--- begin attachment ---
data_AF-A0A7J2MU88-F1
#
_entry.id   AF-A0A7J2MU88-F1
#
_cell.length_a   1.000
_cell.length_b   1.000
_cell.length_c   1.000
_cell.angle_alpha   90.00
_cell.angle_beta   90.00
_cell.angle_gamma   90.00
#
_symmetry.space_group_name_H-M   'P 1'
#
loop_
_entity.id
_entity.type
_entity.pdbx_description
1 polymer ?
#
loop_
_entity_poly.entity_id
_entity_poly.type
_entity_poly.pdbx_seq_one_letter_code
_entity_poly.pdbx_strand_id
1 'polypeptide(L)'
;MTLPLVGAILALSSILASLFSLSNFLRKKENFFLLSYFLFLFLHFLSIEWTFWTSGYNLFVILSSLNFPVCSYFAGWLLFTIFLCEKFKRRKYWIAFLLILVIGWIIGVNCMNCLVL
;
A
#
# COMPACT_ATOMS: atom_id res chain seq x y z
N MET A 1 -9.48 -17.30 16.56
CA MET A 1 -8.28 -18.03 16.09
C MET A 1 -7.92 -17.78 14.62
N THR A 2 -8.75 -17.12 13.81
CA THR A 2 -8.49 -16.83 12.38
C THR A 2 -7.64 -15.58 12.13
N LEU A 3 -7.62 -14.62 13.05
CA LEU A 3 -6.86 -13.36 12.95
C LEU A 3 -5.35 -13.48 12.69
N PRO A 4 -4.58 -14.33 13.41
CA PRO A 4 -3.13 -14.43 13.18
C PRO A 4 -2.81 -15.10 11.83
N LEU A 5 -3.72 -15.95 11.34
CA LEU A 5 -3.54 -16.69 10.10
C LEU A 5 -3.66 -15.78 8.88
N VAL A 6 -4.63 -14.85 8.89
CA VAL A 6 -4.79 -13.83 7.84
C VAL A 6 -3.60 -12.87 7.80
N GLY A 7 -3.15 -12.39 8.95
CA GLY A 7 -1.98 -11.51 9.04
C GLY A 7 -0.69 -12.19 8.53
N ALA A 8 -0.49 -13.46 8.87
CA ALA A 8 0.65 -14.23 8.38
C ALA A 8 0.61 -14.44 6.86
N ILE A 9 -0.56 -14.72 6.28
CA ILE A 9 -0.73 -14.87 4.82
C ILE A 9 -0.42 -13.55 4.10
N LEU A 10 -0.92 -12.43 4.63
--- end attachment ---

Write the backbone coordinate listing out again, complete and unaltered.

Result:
data_AF-A0A7J2MU88-F1
#
_entry.id   AF-A0A7J2MU88-F1
#
_cell.length_a   1.000
_cell.length_b   1.000
_cell.length_c   1.000
_cell.angle_alpha   90.00
_cell.angle_beta   90.00
_cell.angle_gamma   90.00
#
_symmetry.space_group_name_H-M   'P 1'
#
loop_
_entity.id
_entity.type
_entity.pdbx_description
1 polymer ?
#
loop_
_entity_poly.entity_id
_entity_poly.type
_entity_poly.pdbx_seq_one_letter_code
_entity_poly.pdbx_strand_id
1 'polypeptide(L)'
;MTLPLVGAILALSSILASLFSLSNFLRKKENFFLLSYFLFLFLHFLSIEWTFWTSGYNLFVILSSLNFPVCSYFAGWLLFTIFLCEKFKRRKYWIAFLLILVIGWIIGVNCMNCLVL
;
A
#
# COMPACT_ATOMS: atom_id res chain seq x y z
N MET A 1 -9.48 -17.30 16.56
CA MET A 1 -8.28 -18.03 16.09
C MET A 1 -7.92 -17.78 14.62
N THR A 2 -8.75 -17.12 13.81
CA THR A 2 -8.49 -16.83 12.38
C THR A 2 -7.64 -15.58 12.13
N LEU A 3 -7.62 -14.62 13.05
CA LEU A 3 -6.86 -13.36 12.95
C LEU A 3 -5.35 -13.48 12.69
N PRO A 4 -4.58 -14.33 13.41
CA PRO A 4 -3.13 -14.43 13.18
C PRO A 4 -2.81 -15.10 11.83
N LEU A 5 -3.72 -15.95 11.34
CA LEU A 5 -3.54 -16.69 10.10
C LEU A 5 -3.66 -15.78 8.88
N VAL A 6 -4.63 -14.85 8.89
CA VAL A 6 -4.79 -13.83 7.84
C VAL A 6 -3.60 -12.87 7.80
N GLY A 7 -3.15 -12.39 8.95
CA GLY A 7 -1.98 -11.51 9.04
C GLY A 7 -0.69 -12.19 8.53
N ALA A 8 -0.49 -13.46 8.87
CA ALA A 8 0.65 -14.23 8.38
C ALA A 8 0.61 -14.44 6.86
N ILE A 9 -0.56 -14.72 6.28
CA ILE A 9 -0.73 -14.87 4.82
C ILE A 9 -0.42 -13.55 4.10
N LEU A 10 -0.92 -12.43 4.63